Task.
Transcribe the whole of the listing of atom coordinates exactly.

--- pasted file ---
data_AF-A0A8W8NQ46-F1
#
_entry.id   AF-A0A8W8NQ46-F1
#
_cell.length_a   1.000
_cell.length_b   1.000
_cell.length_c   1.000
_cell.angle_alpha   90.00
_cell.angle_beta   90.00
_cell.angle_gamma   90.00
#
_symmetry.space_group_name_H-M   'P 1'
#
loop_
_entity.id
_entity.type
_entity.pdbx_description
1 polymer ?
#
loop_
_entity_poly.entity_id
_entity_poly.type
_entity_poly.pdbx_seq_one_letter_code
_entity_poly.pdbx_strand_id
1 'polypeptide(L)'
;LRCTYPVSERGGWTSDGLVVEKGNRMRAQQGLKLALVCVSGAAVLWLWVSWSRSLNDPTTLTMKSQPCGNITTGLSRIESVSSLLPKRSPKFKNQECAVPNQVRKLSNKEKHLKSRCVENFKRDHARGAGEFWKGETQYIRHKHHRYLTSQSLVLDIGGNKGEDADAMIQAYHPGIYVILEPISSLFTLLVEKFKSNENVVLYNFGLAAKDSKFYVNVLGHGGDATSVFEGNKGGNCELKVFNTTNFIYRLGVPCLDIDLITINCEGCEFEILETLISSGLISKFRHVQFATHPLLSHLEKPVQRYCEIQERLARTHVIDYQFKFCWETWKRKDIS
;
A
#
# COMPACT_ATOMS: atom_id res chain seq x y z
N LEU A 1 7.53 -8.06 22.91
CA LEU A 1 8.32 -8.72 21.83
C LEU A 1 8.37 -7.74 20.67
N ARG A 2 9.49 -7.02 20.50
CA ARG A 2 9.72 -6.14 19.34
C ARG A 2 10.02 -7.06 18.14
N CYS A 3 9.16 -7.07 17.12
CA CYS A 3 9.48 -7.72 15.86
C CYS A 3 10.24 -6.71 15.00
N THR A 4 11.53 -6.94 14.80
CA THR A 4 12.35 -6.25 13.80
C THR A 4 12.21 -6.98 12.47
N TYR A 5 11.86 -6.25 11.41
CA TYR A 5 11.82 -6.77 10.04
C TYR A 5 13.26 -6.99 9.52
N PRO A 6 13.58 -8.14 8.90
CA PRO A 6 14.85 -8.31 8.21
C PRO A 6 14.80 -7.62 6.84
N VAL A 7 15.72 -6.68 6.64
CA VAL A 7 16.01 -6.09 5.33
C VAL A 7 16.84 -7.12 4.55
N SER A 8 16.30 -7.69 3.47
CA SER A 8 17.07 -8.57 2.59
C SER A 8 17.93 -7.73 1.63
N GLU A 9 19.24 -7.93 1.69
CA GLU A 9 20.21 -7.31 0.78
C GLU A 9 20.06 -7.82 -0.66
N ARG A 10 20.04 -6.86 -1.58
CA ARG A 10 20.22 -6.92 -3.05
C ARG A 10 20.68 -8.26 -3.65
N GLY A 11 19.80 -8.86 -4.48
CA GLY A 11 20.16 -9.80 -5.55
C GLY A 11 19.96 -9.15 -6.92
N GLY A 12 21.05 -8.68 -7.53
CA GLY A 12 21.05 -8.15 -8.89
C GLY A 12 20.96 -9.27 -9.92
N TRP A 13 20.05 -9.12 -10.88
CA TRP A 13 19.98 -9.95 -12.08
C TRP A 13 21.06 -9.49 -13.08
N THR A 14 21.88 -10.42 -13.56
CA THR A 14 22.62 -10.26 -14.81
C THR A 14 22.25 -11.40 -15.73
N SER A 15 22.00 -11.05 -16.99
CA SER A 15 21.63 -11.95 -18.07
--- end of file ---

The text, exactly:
data_AF-A0A8W8NQ46-F1
#
_entry.id   AF-A0A8W8NQ46-F1
#
_cell.length_a   1.000
_cell.length_b   1.000
_cell.length_c   1.000
_cell.angle_alpha   90.00
_cell.angle_beta   90.00
_cell.angle_gamma   90.00
#
_symmetry.space_group_name_H-M   'P 1'
#
loop_
_entity.id
_entity.type
_entity.pdbx_description
1 polymer ?
#
loop_
_entity_poly.entity_id
_entity_poly.type
_entity_poly.pdbx_seq_one_letter_code
_entity_poly.pdbx_strand_id
1 'polypeptide(L)'
;LRCTYPVSERGGWTSDGLVVEKGNRMRAQQGLKLALVCVSGAAVLWLWVSWSRSLNDPTTLTMKSQPCGNITTGLSRIESVSSLLPKRSPKFKNQECAVPNQVRKLSNKEKHLKSRCVENFKRDHARGAGEFWKGETQYIRHKHHRYLTSQSLVLDIGGNKGEDADAMIQAYHPGIYVILEPISSLFTLLVEKFKSNENVVLYNFGLAAKDSKFYVNVLGHGGDATSVFEGNKGGNCELKVFNTTNFIYRLGVPCLDIDLITINCEGCEFEILETLISSGLISKFRHVQFATHPLLSHLEKPVQRYCEIQERLARTHVIDYQFKFCWETWKRKDIS
;
A
#
# COMPACT_ATOMS: atom_id res chain seq x y z
N LEU A 1 7.53 -8.06 22.91
CA LEU A 1 8.32 -8.72 21.83
C LEU A 1 8.37 -7.74 20.67
N ARG A 2 9.49 -7.02 20.50
CA ARG A 2 9.72 -6.14 19.34
C ARG A 2 10.02 -7.06 18.14
N CYS A 3 9.16 -7.07 17.12
CA CYS A 3 9.48 -7.72 15.86
C CYS A 3 10.24 -6.71 15.00
N THR A 4 11.53 -6.94 14.80
CA THR A 4 12.35 -6.25 13.80
C THR A 4 12.21 -6.98 12.47
N TYR A 5 11.86 -6.25 11.41
CA TYR A 5 11.82 -6.77 10.04
C TYR A 5 13.26 -6.99 9.52
N PRO A 6 13.58 -8.14 8.90
CA PRO A 6 14.85 -8.31 8.21
C PRO A 6 14.80 -7.62 6.84
N VAL A 7 15.72 -6.68 6.64
CA VAL A 7 16.01 -6.09 5.33
C VAL A 7 16.84 -7.12 4.55
N SER A 8 16.30 -7.69 3.47
CA SER A 8 17.07 -8.57 2.59
C SER A 8 17.93 -7.73 1.63
N GLU A 9 19.24 -7.93 1.69
CA GLU A 9 20.21 -7.31 0.78
C GLU A 9 20.06 -7.82 -0.66
N ARG A 10 20.04 -6.86 -1.58
CA ARG A 10 20.22 -6.92 -3.05
C ARG A 10 20.68 -8.26 -3.65
N GLY A 11 19.80 -8.86 -4.48
CA GLY A 11 20.16 -9.80 -5.55
C GLY A 11 19.96 -9.15 -6.92
N GLY A 12 21.05 -8.68 -7.53
CA GLY A 12 21.05 -8.15 -8.89
C GLY A 12 20.96 -9.27 -9.92
N TRP A 13 20.05 -9.12 -10.88
CA TRP A 13 19.98 -9.95 -12.08
C TRP A 13 21.06 -9.49 -13.08
N THR A 14 21.88 -10.42 -13.56
CA THR A 14 22.62 -10.26 -14.81
C THR A 14 22.25 -11.40 -15.73
N SER A 15 22.00 -11.05 -16.99
CA SER A 15 21.63 -11.95 -18.07